If the thought of co-ordinating the Christmas meal fills you with dread, don’t despair – you are certainly not alone. Even competent cooks can find Christmas Day a culinary challenge. What to eat, how much to serve, how to organise and manage the different dishes so everything is ready on time – these are just some of the challenges that confront the Christmas Day host.


But a little forward planning and preparation will leave you free and relaxed to enjoy the fun of Christmas Day, rather than allowing yourself to become hot and bothered in the kitchen.

Despite our warm climate, many Australians still continue with the tradition of serving a hot meal of whole roast turkey, roast potatoes and vegetables, followed by Christmas pudding. However, equally popular now is a predominantly cold meal that moves away from traditional Christmas flavours.

Traditional Christmas Feast


One of biggest challenges people face with a traditional Christmas dinner is having everything ready on time and ensuring that the turkey is cooked properly. See our “top turkey tips” post to ensure your bird is cooked to perfection. Here are a few other helpful hints:

  • To ensure the roast potatoes are crispy, cut them into 5cm pieces, parboil then drain and return to the saucepan. Place on the lid and give them a good shaking to rough up the edges (this can be done ahead of time). Heat the frying medium (duck fat produces excellent results) in a roasting pan in the oven before adding the potatoes.
  • If you have enough oven space, baked vegetables are a good choice as they can be prepared in advance and only need to be put in the oven when ready to cook. If doing boiled or steamed vegetables, choose those that require minimal last minute cooking, such as asparagus.
  • Another option for a vegetable accompaniment is a cauliflower or broccoli gratin. This can be prepared in advance and only needs to be put in the oven to cook (alternatively it can be cooked in advance and re-heated in the microwave).
  • Make your Christmas pudding ahead of time – they really do get better with age. All you will need to do on the day is to steam it for 2 hours, and serve with either custard or brandy butter.
  • To flame your Christmas pudding, warm the brandy in a metal ladle over a gas flame or a lit candle, ignite it and pour the flaming brandy over the pudding. Don’t forget to turn the lights out for your grand entrance!

Contemporary Christmas Feast

Christmas Salad

As an alternative to the traditional Christmas feast, many Australians prefer the flexibility and creativity of a contemporary menu that incorporates cold dishes that can be prepared ahead of time.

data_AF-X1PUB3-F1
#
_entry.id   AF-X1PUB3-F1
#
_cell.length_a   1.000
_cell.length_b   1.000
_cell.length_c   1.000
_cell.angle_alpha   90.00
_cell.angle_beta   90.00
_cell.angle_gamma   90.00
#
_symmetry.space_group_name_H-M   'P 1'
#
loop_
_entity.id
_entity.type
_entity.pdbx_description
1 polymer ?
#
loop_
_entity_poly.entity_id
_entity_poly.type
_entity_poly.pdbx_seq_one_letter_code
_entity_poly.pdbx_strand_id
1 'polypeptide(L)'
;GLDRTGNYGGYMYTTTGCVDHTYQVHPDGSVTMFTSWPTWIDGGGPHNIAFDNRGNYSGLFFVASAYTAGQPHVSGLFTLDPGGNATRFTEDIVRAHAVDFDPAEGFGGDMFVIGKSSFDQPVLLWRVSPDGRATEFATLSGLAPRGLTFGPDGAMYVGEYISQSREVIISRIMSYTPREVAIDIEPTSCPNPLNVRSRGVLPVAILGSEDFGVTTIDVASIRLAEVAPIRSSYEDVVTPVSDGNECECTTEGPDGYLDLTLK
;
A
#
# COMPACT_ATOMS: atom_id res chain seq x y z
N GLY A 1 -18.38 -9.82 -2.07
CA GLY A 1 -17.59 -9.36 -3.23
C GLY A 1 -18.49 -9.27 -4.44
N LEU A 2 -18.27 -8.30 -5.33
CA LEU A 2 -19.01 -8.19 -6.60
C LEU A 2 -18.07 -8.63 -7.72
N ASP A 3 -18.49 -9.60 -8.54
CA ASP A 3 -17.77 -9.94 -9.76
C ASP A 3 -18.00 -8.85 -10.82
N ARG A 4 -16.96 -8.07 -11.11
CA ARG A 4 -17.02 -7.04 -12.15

A cold seafood entrée gets the meal off to a celebratory start, and refreshing Asian flavours are a lovely way to wake up the palate. If you’re having a hot main course, choose something that requires minimal last minute effort, like a rack of lamb or a fillet of beef. Serve special salads rather than hot vegetables, and for the sweet finale a trifle or a festive frozen dessert goes down a treat.

Here is an example of a delicious three-course contemporary Christmas dinner menu that we prepare in the life’s a feast Christmas Cooking Class:

Prawn & Toasted Coconut Salad

Herb-Crusted Fillet of Beef with Aioli
Garlic & Rosemary Roast Potatoes
Christmas Salad of Asparagus and Cherry Tomatoes

Festive Tropical Trifle

Tropical Trifle

Whether you are serving a traditional or a contemporary meal, I highly recommend making a running sheet of everything that needs to be done once your guests arrive, including times. This way you will know exactly what needs to be done and when, and everything will run smoothly. It is also a useful reminder if you have enjoyed a couple of glasses of champagne!

On a finishing note, try to be a gracious host and enjoy yourself, even if things don’t go exactly according to plan. The attitude of the host dictates the atmosphere of the occasion. Entertaining should be an enjoyable and stress-free experience, and a relaxed host is the key to the best party!

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  1. Thanks for this…a good post just in time! we like the Tropical Trifle idea very, very much and will make this one for sure! best from Jefferson’s Table, s

  2. You’re welcome – the tropical trifle is definitely a winner!

  3. I love the chairs….simple and pretty. Thanks for sharing some helpful hints for Christmas food. I have yet to plan mine.

  4. Thank you Mary and Merry Christmas to you!

  5. I am going to remember what you wrote about how the attitude of the host dictates the atmosphere of the occassion! This entire post was full of such good advice. I adore your blog. It’s so versatile with your comments about making a list of what needs to be done before guests arrive. Oh! I know exactly what you mean. I love your content and so well organized. I shall be back for another bite!
    Hope we chat soon, Thank you for sharing, Gaby
    You can always visit me at http://ptsaldari.posterous.com.

  6. Hi Gaby, thank you for your lovely comment and I’m so glad you found the post useful. I will visit your blog now and look forward to reading about your adventures!

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